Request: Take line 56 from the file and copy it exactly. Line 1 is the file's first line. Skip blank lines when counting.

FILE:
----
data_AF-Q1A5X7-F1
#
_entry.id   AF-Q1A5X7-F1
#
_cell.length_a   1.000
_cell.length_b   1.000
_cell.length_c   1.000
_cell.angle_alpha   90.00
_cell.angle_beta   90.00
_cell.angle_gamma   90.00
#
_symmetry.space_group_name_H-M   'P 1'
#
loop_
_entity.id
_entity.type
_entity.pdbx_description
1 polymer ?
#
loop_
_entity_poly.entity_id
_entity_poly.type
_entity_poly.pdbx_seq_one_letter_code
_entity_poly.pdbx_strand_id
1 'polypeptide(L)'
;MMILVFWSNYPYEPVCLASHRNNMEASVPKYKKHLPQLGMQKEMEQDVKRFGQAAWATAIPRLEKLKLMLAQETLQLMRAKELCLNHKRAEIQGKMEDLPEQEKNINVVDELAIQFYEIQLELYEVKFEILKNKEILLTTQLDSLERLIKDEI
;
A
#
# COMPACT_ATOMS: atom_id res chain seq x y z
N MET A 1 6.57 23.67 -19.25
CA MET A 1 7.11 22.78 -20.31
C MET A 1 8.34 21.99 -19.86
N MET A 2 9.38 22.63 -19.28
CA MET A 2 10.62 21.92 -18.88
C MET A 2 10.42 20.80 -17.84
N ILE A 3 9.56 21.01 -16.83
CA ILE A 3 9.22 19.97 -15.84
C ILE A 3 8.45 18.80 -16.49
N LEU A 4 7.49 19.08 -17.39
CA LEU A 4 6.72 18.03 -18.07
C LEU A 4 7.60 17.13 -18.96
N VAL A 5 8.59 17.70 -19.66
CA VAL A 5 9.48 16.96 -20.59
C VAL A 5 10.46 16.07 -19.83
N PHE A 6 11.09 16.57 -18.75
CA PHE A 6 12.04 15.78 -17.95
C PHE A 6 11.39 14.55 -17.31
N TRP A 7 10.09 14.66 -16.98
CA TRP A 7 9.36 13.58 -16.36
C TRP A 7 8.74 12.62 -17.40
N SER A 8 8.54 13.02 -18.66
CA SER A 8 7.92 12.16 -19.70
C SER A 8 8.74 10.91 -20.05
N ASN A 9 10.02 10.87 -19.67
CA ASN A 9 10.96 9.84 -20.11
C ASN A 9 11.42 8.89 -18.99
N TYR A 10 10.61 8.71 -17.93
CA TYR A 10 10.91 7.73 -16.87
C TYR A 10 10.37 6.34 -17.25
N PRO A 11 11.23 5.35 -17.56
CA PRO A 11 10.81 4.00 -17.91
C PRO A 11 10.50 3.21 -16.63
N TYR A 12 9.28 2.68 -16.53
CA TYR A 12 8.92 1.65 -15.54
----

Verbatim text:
CA ASN A 9 10.96 9.84 -20.11